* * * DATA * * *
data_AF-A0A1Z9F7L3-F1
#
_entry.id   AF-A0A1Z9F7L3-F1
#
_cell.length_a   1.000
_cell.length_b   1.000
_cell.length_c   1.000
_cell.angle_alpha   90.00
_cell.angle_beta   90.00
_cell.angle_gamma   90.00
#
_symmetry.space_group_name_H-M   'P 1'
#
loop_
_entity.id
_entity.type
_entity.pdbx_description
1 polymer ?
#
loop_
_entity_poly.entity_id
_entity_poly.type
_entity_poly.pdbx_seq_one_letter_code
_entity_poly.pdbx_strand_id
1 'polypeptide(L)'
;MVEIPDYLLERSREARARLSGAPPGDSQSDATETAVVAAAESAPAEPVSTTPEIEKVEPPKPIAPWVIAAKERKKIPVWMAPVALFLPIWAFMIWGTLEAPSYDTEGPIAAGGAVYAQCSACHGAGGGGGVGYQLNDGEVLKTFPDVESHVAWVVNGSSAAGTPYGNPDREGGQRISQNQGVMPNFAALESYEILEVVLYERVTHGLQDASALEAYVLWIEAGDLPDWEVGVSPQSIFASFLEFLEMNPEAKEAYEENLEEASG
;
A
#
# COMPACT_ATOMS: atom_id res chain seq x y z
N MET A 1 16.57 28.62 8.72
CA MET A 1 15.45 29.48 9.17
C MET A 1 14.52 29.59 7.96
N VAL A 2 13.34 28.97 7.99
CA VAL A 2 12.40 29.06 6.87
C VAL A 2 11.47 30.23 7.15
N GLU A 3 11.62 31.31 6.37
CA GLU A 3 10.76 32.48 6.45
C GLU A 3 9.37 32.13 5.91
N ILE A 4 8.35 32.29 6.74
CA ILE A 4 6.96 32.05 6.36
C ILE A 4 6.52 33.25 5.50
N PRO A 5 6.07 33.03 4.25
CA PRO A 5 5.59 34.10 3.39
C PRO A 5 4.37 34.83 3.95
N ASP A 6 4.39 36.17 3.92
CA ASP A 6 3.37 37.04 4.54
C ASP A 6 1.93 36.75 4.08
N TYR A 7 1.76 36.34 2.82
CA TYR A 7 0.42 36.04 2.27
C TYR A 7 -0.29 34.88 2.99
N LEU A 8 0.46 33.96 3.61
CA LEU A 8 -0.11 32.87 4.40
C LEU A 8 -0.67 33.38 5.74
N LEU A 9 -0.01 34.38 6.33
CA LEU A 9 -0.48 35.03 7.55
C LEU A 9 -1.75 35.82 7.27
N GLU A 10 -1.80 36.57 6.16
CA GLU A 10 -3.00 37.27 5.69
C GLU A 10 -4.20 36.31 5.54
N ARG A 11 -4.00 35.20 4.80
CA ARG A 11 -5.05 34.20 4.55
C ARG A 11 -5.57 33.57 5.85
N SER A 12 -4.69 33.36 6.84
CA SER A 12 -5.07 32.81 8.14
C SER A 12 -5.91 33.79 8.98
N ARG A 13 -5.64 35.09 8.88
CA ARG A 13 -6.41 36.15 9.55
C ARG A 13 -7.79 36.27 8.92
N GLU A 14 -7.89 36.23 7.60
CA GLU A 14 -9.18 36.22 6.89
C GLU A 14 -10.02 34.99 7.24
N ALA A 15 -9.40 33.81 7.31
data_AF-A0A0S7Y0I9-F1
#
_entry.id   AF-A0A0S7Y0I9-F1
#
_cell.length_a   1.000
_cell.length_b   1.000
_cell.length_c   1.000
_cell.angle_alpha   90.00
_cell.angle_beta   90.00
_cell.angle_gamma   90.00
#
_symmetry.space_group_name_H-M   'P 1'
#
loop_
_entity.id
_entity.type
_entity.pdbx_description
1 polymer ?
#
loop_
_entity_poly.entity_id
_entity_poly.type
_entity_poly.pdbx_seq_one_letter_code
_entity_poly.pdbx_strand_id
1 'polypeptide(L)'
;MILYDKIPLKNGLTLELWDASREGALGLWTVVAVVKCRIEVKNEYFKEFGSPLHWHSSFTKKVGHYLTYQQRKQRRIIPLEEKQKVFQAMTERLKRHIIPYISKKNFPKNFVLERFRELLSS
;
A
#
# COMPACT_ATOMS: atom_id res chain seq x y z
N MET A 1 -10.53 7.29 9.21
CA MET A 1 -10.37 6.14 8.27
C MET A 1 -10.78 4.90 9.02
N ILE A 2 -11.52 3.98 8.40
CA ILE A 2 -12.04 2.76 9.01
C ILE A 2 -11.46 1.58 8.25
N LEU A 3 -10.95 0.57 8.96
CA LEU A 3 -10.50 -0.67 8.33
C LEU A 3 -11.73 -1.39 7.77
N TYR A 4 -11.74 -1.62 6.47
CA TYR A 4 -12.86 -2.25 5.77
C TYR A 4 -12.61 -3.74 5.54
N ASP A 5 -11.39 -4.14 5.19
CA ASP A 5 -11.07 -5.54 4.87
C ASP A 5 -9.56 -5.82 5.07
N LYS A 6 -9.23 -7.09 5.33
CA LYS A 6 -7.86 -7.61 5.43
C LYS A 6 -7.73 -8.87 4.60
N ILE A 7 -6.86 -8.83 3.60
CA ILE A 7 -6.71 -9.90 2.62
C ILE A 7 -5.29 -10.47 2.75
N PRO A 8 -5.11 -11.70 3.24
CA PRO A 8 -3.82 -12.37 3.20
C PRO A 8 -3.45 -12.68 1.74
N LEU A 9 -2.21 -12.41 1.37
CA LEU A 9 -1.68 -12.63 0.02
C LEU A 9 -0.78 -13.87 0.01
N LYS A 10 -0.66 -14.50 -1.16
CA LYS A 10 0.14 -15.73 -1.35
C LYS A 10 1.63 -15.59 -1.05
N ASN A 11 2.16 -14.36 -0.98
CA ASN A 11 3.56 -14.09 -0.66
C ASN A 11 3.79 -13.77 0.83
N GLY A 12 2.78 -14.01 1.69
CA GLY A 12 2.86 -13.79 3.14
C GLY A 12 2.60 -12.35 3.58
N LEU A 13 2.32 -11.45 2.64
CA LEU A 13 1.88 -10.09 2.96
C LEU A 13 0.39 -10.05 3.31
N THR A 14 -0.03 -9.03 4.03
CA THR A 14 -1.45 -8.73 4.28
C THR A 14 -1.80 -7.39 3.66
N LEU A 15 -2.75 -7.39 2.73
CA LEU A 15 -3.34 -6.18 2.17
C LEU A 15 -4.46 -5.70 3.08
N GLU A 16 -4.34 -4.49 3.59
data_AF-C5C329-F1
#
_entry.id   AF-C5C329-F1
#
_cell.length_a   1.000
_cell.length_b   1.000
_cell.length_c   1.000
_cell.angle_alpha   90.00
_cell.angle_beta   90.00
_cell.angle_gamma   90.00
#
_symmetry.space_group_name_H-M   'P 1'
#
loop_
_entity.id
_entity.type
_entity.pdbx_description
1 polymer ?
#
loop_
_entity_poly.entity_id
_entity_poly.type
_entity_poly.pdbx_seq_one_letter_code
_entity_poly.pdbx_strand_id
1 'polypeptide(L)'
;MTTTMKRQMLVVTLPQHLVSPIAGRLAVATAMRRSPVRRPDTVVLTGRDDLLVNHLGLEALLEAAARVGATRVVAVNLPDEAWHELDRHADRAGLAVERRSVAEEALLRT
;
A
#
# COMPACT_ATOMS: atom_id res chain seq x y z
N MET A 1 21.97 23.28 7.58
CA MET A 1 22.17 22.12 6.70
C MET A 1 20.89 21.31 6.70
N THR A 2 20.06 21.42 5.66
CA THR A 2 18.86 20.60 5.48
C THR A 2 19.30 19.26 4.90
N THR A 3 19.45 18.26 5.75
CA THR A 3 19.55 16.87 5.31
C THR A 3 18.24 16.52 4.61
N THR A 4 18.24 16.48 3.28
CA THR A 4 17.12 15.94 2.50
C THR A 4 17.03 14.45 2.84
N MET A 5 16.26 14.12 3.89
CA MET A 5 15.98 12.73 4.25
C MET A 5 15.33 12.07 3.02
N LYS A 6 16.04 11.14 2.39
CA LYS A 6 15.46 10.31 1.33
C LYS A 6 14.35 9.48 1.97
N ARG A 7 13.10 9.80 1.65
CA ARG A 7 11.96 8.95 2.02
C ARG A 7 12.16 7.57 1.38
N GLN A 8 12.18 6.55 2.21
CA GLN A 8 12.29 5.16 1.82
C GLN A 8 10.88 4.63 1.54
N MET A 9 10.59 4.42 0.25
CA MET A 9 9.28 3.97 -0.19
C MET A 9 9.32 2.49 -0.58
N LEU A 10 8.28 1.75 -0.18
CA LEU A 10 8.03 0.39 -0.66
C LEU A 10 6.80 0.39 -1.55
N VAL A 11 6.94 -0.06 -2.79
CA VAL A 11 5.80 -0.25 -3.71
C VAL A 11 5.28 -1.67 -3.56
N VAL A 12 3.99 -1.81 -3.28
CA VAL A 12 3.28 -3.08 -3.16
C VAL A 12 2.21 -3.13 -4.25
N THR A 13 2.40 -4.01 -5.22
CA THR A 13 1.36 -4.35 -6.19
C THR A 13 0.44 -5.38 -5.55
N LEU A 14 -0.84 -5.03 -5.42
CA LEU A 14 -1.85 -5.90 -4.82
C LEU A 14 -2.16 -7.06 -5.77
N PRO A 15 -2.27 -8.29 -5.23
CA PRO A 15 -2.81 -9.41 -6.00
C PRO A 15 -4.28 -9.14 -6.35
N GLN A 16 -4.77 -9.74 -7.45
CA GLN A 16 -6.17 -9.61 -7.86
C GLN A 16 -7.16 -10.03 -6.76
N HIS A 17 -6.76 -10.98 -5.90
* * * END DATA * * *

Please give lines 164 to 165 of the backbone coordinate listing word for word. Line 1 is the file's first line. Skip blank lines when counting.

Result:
_entity.id
_entity.type